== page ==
The following morning, Jene joined me and did the tossing. Some of her apple chunks landed as near as five feet from her, and each time the three deer cautiously moved near to reach for them. She then placed a chunk on the palm of her outstretched hand and tried to coax them nearer. All three backed off and began making curious head movements, repeatedly raising their heads high, noses pointed straight up, and then lowering their noses to the ground, finally raising their heads to stare a few moments at Jene.
"What in the world are they doing?" she asked.
"I think," I finally answered, "they want you to make that piece of apple go up into the air and then drop to the ground at their feet."
"You're right," Jene said. "Just like pet dogs and cats, they have figured out how to make a human do just what they want. That's amazing. They're sure smart.
"Here you go, deer," she then murmured, tossing her apple chunk.
Yes, mature whitetails are plenty smart and have excellent memories. This is why your success at hunting them is determined by how much effort you put into learning their habits and behavior and better ways of getting close to them.
Good Luck Hunting,
Everything you need to know to become regularly successful at hunting mature bucks (and does) with gun or bow is found in Dr. Nordberg's classic hunting books, Whitetail Hunters Almanacs, 1st through 9th Edition, based on more than 30 years of scientific hunting related studies of wild whitetails over much of North America. Each covering different subjects, his books introduce several new and much improved hunting tactics, one wolf inspired, developed to make you regularly successful at hunting mature bucks (and other deer) with gun or bow. For order forms and more information about his books, sign guides and newly released DVDs from his famous buck and bear hunting schools go to www.drnordbergondeerhunting.com.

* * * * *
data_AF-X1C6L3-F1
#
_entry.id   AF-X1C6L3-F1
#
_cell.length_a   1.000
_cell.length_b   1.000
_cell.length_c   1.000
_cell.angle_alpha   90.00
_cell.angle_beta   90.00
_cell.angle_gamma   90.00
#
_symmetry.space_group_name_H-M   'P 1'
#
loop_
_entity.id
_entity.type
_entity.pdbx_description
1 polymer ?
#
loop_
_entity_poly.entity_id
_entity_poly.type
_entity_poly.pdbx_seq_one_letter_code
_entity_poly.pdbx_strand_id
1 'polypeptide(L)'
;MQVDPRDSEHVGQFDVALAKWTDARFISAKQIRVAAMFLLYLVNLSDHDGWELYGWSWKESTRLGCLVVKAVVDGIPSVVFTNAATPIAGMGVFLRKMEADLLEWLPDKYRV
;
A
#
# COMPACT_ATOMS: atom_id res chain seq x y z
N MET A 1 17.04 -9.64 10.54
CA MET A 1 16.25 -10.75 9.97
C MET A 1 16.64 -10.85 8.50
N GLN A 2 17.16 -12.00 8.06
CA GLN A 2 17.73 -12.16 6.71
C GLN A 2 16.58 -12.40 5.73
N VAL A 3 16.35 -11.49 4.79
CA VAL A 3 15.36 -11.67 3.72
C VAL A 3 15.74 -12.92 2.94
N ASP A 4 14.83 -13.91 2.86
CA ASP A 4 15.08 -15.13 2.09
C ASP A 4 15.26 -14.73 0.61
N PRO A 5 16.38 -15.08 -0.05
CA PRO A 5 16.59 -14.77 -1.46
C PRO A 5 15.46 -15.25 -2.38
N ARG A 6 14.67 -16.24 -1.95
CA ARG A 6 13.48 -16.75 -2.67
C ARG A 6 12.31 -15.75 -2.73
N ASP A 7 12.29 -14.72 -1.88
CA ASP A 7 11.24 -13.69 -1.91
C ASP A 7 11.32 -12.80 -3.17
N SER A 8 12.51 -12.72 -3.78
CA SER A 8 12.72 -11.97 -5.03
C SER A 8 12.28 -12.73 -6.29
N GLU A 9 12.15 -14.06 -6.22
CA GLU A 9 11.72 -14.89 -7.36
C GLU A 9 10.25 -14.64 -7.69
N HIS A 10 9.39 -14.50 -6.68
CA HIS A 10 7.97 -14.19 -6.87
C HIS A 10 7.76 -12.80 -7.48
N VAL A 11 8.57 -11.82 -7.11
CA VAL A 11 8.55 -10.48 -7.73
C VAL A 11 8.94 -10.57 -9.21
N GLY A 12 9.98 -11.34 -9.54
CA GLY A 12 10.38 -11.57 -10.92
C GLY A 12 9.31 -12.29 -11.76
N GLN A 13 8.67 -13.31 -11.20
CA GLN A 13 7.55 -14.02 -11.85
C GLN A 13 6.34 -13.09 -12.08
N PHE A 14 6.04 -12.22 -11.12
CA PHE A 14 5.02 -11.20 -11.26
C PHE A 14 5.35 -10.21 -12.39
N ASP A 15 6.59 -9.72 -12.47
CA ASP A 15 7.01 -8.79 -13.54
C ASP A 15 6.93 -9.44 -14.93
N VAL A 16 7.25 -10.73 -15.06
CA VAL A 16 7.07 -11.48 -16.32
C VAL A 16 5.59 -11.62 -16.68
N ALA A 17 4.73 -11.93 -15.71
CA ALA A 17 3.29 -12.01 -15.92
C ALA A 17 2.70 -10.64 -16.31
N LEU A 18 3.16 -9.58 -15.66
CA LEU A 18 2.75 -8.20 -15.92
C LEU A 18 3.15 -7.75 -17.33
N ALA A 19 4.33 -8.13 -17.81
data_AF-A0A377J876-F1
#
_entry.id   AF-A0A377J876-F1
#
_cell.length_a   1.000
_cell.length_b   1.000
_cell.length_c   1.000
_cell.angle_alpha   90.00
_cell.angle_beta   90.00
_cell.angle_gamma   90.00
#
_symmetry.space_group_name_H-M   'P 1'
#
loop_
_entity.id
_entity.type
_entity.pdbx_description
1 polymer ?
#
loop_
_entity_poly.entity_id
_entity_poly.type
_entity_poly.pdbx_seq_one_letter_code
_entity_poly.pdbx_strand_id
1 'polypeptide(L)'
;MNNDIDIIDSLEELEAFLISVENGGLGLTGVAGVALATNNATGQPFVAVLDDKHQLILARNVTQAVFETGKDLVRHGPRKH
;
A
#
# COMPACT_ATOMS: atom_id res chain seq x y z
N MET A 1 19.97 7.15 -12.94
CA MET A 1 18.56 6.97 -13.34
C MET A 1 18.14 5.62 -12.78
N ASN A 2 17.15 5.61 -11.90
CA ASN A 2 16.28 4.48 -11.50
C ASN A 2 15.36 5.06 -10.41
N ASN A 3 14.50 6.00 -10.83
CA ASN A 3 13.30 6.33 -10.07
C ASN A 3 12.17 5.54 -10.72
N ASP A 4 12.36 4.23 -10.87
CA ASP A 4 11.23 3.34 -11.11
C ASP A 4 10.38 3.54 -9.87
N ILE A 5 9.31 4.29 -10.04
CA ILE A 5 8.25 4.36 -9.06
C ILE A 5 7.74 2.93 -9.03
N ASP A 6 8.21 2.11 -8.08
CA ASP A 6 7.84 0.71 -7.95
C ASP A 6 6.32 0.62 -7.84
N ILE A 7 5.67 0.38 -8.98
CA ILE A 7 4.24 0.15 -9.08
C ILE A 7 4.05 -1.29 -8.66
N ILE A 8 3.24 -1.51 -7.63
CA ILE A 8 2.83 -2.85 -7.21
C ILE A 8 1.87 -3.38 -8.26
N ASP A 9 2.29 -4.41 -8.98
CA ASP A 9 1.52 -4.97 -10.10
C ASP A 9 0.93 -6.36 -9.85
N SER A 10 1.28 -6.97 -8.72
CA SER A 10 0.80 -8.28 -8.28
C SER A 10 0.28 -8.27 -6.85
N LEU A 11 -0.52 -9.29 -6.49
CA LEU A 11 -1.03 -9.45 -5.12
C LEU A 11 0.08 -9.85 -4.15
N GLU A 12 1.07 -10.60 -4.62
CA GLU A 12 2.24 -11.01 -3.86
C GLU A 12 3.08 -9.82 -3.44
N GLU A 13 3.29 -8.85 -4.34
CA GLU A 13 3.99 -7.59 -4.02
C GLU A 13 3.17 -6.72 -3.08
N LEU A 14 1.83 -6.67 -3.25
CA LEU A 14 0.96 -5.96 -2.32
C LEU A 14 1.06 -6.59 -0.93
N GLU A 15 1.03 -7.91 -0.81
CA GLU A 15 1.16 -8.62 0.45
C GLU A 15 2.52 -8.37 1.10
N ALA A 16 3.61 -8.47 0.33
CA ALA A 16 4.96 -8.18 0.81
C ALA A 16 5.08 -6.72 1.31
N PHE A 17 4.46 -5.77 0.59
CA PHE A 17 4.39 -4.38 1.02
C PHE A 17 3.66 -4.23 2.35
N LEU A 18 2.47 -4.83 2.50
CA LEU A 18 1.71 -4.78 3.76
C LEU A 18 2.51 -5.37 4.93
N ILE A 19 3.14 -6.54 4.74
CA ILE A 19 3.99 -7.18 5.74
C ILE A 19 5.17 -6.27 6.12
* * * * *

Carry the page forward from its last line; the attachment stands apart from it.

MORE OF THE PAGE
Additional informatin is in: Dr. Ken Nordberg's Whitetail Hunter's Almanac 5th & 8th Editions
(You can still get autographed copies of available Almanacs directly from Doc using this order form.)
(See Doc's Store for available products.)
(Dr Ken Nordberg is semi-retired. For example, he no longer gives his famous Buck Hunting School in the spring. However, the last two years he gave his school was captured on video by his son John, and made into a 10-disc DVD series. This masterful presentation on hunting trophy-class whitetails bucks is available to you now. For more information, please follow this link. Also on eBay.)